اِنَّا لِلّٰهِ وَاِنَّـآ اِلَيۡهِ رٰجِعُوۡنَؕ
“We certainly belong to Allah, and to Him we are bound to return.” [2:156]

They say it’s in Qur’an; we are from Allah (swt) and to Allah (swt) we are going back. This is how they interpret it that we are literally pieces of Allah (swt) and we go back to Him. Imam Rabbani (rah) was making it clear that this is wrong. You are from Allah (swt) means your ruh came into this world from the presence of Allah (swt). Your body was created through your mother and father, your ruh was created by Allah (swt) directly. Allah (swt) mentions this in Qur’an that He gathered all the arwah; all of the human ruh(s) and He asked them:

وَ اِذۡ اَخَذَ رَبُّكَ مِنۡۢ بَنِىۡۤ اٰدَمَ مِنۡ ظُهُوۡرِهِمۡ ذُرِّيَّتَهُمۡ وَ اَشۡهَدَهُمۡ عَلٰٓى اَنۡفُسِهِمۡ‌ ۚ اَلَسۡتُ بِرَبِّكُمۡ‌ ؕ قَالُوۡا بَلٰى‌ ۛۚ شَهِدۡنَا 
(Recall) when your Lord brought forth their progeny from the loins of the children of ’Adam, and made them testify about themselves (by asking them,) “Am I not your Lord?” They said, “Of course, You are. We testify.” [7:172]

And they all said qalu balaa, yes. This is Qur’an. Then every time a child a conceived in the womb of a woman, Allah (swt) sends their ruh in, that’s after the conception, ruh was there before. So where was the ruh existing before it came into your physical body, in fetus in the womb? The ruh is with Allah (swt), that’s what this verse means, we are all going back to Him. Back to and entering are two separate things.

Then he says, and this is also important to show you what Imam Rabbani’s main method is, some of these misguided people view this dissolution as the great Resurrection, and deny the real Resurrection, Judgement, Bridge, Balance — they deny all of these things. They say there is no pul sirat, there’s no meezan, there is no Yaum al-Qiyamah. It’s just reuniting with Allah (swt).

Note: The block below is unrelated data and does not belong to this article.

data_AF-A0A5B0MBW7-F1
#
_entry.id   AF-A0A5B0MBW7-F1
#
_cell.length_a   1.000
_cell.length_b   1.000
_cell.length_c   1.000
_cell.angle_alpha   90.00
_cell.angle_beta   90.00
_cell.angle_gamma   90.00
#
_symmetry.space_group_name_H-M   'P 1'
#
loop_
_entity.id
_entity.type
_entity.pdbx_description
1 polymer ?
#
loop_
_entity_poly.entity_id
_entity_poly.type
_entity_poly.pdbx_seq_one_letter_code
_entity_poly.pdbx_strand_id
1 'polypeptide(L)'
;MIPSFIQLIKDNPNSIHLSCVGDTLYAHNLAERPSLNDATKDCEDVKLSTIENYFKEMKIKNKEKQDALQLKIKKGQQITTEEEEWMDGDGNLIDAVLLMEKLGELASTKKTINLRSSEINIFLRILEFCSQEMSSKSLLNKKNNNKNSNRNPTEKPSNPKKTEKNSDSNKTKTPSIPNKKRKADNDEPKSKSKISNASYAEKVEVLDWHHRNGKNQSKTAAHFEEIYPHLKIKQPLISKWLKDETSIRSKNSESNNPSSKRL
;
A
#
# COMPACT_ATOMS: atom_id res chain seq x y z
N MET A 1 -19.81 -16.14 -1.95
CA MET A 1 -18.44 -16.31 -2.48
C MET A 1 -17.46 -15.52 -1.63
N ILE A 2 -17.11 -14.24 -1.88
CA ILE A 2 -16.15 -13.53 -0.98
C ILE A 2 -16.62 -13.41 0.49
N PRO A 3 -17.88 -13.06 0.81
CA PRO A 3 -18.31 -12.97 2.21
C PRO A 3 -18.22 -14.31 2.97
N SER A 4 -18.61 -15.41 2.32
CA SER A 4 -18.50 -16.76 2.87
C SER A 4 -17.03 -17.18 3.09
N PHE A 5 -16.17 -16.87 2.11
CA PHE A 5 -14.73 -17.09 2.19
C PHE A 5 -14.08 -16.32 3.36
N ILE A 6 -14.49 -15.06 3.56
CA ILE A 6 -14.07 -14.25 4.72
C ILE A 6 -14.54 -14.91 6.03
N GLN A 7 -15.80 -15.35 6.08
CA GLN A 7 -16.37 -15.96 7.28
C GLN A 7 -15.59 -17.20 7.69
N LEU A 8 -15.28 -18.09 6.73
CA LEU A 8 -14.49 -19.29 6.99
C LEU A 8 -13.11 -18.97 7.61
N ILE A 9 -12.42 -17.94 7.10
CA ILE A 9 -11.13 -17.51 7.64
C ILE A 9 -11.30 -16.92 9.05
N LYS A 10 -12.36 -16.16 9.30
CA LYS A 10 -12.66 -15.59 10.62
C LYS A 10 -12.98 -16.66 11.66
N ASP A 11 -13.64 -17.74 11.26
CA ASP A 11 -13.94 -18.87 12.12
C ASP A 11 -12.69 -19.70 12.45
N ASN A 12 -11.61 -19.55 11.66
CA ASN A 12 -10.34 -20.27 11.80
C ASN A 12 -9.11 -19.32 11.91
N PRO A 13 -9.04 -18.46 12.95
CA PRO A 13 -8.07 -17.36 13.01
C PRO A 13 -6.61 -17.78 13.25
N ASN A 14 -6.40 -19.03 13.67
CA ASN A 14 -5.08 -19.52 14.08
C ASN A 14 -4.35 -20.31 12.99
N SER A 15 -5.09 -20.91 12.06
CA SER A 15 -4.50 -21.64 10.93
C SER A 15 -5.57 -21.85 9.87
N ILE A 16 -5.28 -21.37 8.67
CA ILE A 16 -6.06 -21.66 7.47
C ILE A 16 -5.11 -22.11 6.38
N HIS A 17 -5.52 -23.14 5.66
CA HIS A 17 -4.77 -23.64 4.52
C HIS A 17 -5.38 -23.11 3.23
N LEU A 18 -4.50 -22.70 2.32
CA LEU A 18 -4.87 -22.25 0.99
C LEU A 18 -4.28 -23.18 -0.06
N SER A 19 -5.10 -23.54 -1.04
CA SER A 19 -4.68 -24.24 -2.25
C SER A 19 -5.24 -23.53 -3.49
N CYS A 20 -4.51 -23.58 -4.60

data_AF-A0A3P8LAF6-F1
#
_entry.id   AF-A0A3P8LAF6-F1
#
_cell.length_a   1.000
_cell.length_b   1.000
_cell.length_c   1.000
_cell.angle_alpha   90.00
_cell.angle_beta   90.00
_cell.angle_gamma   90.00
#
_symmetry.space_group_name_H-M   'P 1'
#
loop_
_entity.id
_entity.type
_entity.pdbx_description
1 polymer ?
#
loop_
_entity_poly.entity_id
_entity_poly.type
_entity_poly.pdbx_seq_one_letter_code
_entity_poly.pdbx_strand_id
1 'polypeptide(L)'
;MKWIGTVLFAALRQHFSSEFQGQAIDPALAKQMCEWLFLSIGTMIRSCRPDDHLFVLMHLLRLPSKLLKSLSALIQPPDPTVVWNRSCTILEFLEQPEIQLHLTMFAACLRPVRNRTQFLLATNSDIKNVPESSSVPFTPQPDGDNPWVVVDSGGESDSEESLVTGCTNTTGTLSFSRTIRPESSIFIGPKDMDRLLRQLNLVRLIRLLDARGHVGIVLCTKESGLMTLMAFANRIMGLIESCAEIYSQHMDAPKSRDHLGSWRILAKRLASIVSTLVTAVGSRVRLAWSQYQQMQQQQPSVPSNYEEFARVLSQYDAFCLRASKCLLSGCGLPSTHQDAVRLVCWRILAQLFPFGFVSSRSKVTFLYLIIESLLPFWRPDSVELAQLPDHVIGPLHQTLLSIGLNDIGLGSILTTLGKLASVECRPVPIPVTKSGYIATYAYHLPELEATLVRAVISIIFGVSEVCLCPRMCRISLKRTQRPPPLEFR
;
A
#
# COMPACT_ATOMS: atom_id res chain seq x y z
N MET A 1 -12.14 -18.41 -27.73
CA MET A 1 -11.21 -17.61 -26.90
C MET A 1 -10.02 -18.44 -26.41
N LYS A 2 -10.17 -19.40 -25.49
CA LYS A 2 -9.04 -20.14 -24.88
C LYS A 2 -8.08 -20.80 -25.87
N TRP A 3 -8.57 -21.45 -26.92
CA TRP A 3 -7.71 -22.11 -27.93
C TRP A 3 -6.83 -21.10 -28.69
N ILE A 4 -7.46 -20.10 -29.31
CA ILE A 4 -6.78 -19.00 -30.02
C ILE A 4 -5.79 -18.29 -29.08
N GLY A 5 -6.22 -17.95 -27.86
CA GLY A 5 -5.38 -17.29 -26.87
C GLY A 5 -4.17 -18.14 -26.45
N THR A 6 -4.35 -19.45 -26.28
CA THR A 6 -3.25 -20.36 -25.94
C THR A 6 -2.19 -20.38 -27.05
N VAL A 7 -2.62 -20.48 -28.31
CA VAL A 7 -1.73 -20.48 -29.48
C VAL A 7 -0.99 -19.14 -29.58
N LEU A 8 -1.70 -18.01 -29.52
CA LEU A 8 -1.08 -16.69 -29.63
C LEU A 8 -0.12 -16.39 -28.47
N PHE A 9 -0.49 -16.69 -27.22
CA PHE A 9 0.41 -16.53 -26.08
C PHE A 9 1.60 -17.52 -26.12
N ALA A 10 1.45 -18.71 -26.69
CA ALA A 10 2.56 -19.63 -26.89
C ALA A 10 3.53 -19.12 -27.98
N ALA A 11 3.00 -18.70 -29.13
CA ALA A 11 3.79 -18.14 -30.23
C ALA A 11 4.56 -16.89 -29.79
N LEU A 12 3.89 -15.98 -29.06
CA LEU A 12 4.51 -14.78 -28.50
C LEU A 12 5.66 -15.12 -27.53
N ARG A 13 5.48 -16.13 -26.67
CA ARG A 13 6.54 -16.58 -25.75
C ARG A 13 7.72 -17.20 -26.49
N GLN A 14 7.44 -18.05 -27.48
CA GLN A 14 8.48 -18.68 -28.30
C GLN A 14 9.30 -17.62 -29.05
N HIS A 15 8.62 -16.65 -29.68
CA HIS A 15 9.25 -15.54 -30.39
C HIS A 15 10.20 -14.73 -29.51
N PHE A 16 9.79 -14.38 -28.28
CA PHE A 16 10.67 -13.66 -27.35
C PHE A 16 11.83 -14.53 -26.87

They have gone astray and they have led a lot of people astray. I saw one of them siting and supporting this view through following couplet of Abd ar-Rahman Jamī (who is an authentic and great scholar and a great shaykh of tasawwuf): our origin as well as our end is unity, and nothing else. We live in mist of multiplicity which is false and unreal. Imam Rabbani explains this, and this is exactly what you will see in the example, that sometimes the mashaikh of tasawwuf make statements that:

  1. can be interpreted in a correct way, and
  2. more importantly, and more dangerously, sometimes they mean it metaphorically/figuratively, but if you take it literally (which most people would normally do — most people take a person’s words at their face value) so then it is actually suggesting an incorrect belief.

How does Imam Rabbani handle this? He says what Imam Jamī really means by return to unity is return in vision and experience only. In other words, in the beginning when we were in alim-e-arwah, in ruh form, before Allah (swt) put us in our body in the womb of our mother, at that moment the only thing our ruh was aware of was You, the only thing our ruh perceived was You. And now that we have been put in this world, now we are perceiving all of these multiple realities. But when we go back into Akhirah again, we will be again given the ru’yat; the perception of You. That’s what he meant.